China: G-20 Meeting, Volatility, Growth, and FX

Published on February 22, 2016

In the run-up to the two day G-20 Finance Ministers and Central Bank Governors meeting that opens this Friday in Shanghai, China’s President Xi Jinping and Premier Li Keqiang tasked the People’s Bank of China Governor Zhou Xiaochuan, Finance Minister Lou Jiwei, and other senior financial officials who will lead China’s delegation with two goals.

*** The first will be to reassure their counterparts from other major economies that they have little cause to worry about China’s economy, and that they should have little cause to worry about China’s management of its currency. ***

*** The second is the commitments they will seek from their G-20 counterparts, on two fronts: first, a pledge the G-20 countries cooperate to tackle global economic tensions and reduce the recent market volatility that has raised fears of currency wars and trade protectionism, and; second, that the G-20 countries agree to refrain from competitive devaluation of currencies — with China at the forefront on that latter pledge. ***

*** Chinese officials will also stress Beijing’s commitment to a series of “proactive” fiscal policies to ensure that Chinese GDP growth does not drop below 6.5% this year, including: one trillion yuan in tax cuts for State-Owned Enterprises (SOEs) in effect from November 2015 to March 2016; an additional 550 billion yuan in SOE commodity purchases, especially crude oil, agricultural products, gold and other major nonferrous metals from overseas that started in December 2015 and will continue until March 2016; an increase in the deficit to GDP ratio to 3% in 2016 from 2.3% in 2015, and; at least 400-500 billion yuan in tax cuts and financial subsidies for small and micro enterprises in 2016. ***

Growth and FX Promises and Initiatives

Chinese officials will deliver a message that as a responsible global power and the host country for the 2016 G-20 ministerial meeting, China will seek not just to stabilize its own economy, but to pursue policies that will fulfill its responsibility to promote regional and world economic development as well.

While conceding that China’s economy has been weakening, they will stress the basic underlying fundamentals have remained unchanged. Indeed the Chinese leadership expects that with broad supply-side reform, strong proactive fiscal policy, deeper urbanization, and more appropriate monetary policies, China will achieve its 2016 economic growth targets of above 6.5% as planned.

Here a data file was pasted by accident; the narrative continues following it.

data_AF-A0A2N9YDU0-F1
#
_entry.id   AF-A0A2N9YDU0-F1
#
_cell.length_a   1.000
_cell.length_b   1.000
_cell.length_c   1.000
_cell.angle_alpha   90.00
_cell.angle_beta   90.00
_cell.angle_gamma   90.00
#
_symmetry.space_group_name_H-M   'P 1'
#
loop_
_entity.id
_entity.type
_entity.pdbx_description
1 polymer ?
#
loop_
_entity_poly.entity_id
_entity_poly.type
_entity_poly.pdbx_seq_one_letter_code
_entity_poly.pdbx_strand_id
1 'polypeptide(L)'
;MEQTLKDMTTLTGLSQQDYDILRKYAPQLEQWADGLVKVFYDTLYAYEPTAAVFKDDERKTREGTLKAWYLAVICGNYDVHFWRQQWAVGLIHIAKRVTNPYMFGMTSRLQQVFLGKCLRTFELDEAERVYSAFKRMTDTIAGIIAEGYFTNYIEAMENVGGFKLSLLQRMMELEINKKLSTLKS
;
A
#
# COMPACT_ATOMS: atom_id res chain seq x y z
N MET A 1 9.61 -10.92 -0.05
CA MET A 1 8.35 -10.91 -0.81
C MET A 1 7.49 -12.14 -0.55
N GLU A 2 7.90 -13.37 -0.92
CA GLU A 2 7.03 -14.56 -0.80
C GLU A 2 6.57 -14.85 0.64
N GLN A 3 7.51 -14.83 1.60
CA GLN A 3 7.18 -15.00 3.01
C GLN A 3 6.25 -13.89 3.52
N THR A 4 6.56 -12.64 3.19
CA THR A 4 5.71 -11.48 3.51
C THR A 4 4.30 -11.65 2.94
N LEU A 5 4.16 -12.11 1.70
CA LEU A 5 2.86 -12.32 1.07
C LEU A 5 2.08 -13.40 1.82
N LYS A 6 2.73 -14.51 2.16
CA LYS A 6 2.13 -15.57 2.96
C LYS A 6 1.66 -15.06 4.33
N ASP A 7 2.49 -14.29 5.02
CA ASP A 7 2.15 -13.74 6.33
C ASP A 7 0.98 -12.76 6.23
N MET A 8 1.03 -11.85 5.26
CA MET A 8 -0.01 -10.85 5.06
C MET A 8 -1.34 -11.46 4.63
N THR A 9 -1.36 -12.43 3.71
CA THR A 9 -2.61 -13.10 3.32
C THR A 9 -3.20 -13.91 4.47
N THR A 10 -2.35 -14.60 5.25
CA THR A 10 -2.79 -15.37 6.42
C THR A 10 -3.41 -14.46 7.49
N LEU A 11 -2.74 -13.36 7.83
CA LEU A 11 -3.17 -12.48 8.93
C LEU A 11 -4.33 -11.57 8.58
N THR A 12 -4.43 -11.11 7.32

China, they stress, will continue to improve the formation mechanism of the RMB exchange rate and commit to maintaining the RMB’s stability against a basket of currencies, ensuring the basic stability of the exchange rate with “no foundation for constant devaluation.”

Chinese officials believe the Shanghai meeting will reiterate and reach an explicit agreement about the need to avoid competitive currency devaluation, and they stress that G-20 member nations should increase their “awareness of international coordination” even if this consensus “may not be observed in practice.”

On the Renminbi, they will repeat that there is no basis for sustained depreciation – and will continue to pledge not to allow speculative forces to dominate market sentiment.

Managing the RMB

Although speculators are heavily shorting China’s equity markets as well as the RMB, Chinese officials warn the PBoC has multiple ways of defending the currency, and in order to maintain relative stability of the exchange rate, they will refrain from cutting interest rates and will reduce the number of times they lower the Reserve Requirement Ration (RRR), relying instead largely on fiscal policy for stimulus (see also SGH 2/5/16, “China: Premier Comments on Economy and Policy”).

Indeed in a phone call earlier this month with US Treasury Secretary Jacob Lew, China’s Vice Premier Wang Yang explicitly pledged that China will refrain from competitive devaluations and will not weaken the RMB in order to boost its exports.

In return Wang urged the US to keep the dollar in an “appropriate range,” and urged the Federal Reserve to manage its monetary policy tightening path “very carefully.”

Beijing nevertheless reserves the right to allow the RMB to gradually weaken if the economic fundamentals dictate, and the PBoC will deliberately continue to allow the currency to fluctuate more freely in the markets as time goes on.

But officials stress again the fundamentals of China’s economy do not support a further sharp depreciation against the USD.

And in the big picture, far from seeking – or succumbing to – a one-off devaluation as many speculators assume, they point to the long-term “strong RMB strategy” that shows a clear picture of the RMB against the USD in a secular uptrend for the next fifteen years – a strong RMB that will accompany the country’s path to becoming a major economic power (see SGH 2/11/16, “China: A “Strong RMB” Strategy”).

For this year, Chinese officials believe the RMB against the USD could vary on either side of 6.5000 and 6.6000 on the spot market if China’s GDP reaches 6.7-6.8% as planned – and if the US Federal Reserve were to raise interest rates no more than once or twice in 2016.

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